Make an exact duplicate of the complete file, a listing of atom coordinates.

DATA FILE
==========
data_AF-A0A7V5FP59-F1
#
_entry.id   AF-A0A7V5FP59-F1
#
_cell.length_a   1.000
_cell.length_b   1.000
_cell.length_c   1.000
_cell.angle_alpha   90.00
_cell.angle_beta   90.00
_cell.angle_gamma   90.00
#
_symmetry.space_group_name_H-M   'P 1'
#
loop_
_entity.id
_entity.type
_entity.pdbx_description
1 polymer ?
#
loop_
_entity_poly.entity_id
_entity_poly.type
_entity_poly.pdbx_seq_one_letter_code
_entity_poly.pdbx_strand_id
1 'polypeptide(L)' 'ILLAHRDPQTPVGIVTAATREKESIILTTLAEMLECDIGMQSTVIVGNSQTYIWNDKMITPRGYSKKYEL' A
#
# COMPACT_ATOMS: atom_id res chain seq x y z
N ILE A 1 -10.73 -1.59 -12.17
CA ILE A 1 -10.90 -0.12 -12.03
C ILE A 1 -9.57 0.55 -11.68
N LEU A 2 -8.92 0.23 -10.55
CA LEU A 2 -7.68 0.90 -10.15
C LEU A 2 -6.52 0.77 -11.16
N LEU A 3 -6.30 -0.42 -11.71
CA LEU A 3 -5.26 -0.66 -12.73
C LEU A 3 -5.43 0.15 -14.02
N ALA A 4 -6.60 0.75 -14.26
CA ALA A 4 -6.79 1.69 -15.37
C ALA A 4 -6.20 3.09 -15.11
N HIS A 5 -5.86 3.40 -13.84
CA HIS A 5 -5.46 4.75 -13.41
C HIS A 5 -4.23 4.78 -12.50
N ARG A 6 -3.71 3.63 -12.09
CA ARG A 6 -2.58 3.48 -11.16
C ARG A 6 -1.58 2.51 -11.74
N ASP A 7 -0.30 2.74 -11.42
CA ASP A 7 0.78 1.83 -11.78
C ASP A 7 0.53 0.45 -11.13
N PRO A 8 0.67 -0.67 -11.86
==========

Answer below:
data_AF-A0A7V5FP59-F1
#
_entry.id   AF-A0A7V5FP59-F1
#
_cell.length_a   1.000
_cell.length_b   1.000
_cell.length_c   1.000
_cell.angle_alpha   90.00
_cell.angle_beta   90.00
_cell.angle_gamma   90.00
#
_symmetry.space_group_name_H-M   'P 1'
#
loop_
_entity.id
_entity.type
_entity.pdbx_description
1 polymer ?
#
loop_
_entity_poly.entity_id
_entity_poly.type
_entity_poly.pdbx_seq_one_letter_code
_entity_poly.pdbx_strand_id
1 'polypeptide(L)' 'ILLAHRDPQTPVGIVTAATREKESIILTTLAEMLECDIGMQSTVIVGNSQTYIWNDKMITPRGYSKKYEL' A
#
# COMPACT_ATOMS: atom_id res chain seq x y z
N ILE A 1 -10.73 -1.59 -12.17
CA ILE A 1 -10.90 -0.12 -12.03
C ILE A 1 -9.57 0.55 -11.68
N LEU A 2 -8.92 0.23 -10.55
CA LEU A 2 -7.68 0.90 -10.15
C LEU A 2 -6.52 0.77 -11.16
N LEU A 3 -6.30 -0.42 -11.71
CA LEU A 3 -5.26 -0.66 -12.73
C LEU A 3 -5.43 0.15 -14.02
N ALA A 4 -6.60 0.75 -14.26
CA ALA A 4 -6.79 1.69 -15.37
C ALA A 4 -6.20 3.09 -15.11
N HIS A 5 -5.86 3.40 -13.84
CA HIS A 5 -5.46 4.75 -13.41
C HIS A 5 -4.23 4.78 -12.50
N ARG A 6 -3.71 3.63 -12.09
CA ARG A 6 -2.58 3.48 -11.16
C ARG A 6 -1.58 2.51 -11.74
N ASP A 7 -0.30 2.74 -11.42
CA ASP A 7 0.78 1.83 -11.78
C ASP A 7 0.53 0.45 -11.13
N PRO A 8 0.67 -0.67 -11.86